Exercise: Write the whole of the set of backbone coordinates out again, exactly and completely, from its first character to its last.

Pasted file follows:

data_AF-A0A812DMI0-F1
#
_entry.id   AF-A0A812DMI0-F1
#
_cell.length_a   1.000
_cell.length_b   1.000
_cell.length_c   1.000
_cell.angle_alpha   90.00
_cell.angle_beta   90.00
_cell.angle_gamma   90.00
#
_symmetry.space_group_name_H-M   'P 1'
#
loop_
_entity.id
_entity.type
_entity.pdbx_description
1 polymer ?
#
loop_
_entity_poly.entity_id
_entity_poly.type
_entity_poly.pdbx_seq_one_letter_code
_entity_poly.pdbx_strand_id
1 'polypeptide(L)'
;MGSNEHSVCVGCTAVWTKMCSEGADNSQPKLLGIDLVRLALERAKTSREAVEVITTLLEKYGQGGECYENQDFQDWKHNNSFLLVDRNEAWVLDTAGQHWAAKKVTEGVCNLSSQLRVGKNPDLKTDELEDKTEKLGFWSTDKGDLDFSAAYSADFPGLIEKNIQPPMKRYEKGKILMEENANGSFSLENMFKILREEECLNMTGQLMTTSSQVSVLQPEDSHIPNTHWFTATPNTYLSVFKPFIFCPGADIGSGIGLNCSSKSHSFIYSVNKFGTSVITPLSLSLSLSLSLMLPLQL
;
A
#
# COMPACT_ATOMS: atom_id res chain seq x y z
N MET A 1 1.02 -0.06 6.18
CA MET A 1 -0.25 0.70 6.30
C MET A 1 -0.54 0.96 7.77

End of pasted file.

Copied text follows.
data_AF-A0A812DMI0-F1
#
_entry.id   AF-A0A812DMI0-F1
#
_cell.length_a   1.000
_cell.length_b   1.000
_cell.length_c   1.000
_cell.angle_alpha   90.00
_cell.angle_beta   90.00
_cell.angle_gamma   90.00
#
_symmetry.space_group_name_H-M   'P 1'
#
loop_
_entity.id
_entity.type
_entity.pdbx_description
1 polymer ?
#
loop_
_entity_poly.entity_id
_entity_poly.type
_entity_poly.pdbx_seq_one_letter_code
_entity_poly.pdbx_strand_id
1 'polypeptide(L)'
;MGSNEHSVCVGCTAVWTKMCSEGADNSQPKLLGIDLVRLALERAKTSREAVEVITTLLEKYGQGGECYENQDFQDWKHNNSFLLVDRNEAWVLDTAGQHWAAKKVTEGVCNLSSQLRVGKNPDLKTDELEDKTEKLGFWSTDKGDLDFSAAYSADFPGLIEKNIQPPMKRYEKGKILMEENANGSFSLENMFKILREEECLNMTGQLMTTSSQVSVLQPEDSHIPNTHWFTATPNTYLSVFKPFIFCPGADIGSGIGLNCSSKSHSFIYSVNKFGTSVITPLSLSLSLSLSLMLPLQL
;
A
#
# COMPACT_ATOMS: atom_id res chain seq x y z
N MET A 1 1.02 -0.06 6.18
CA MET A 1 -0.25 0.70 6.30
C MET A 1 -0.54 0.96 7.77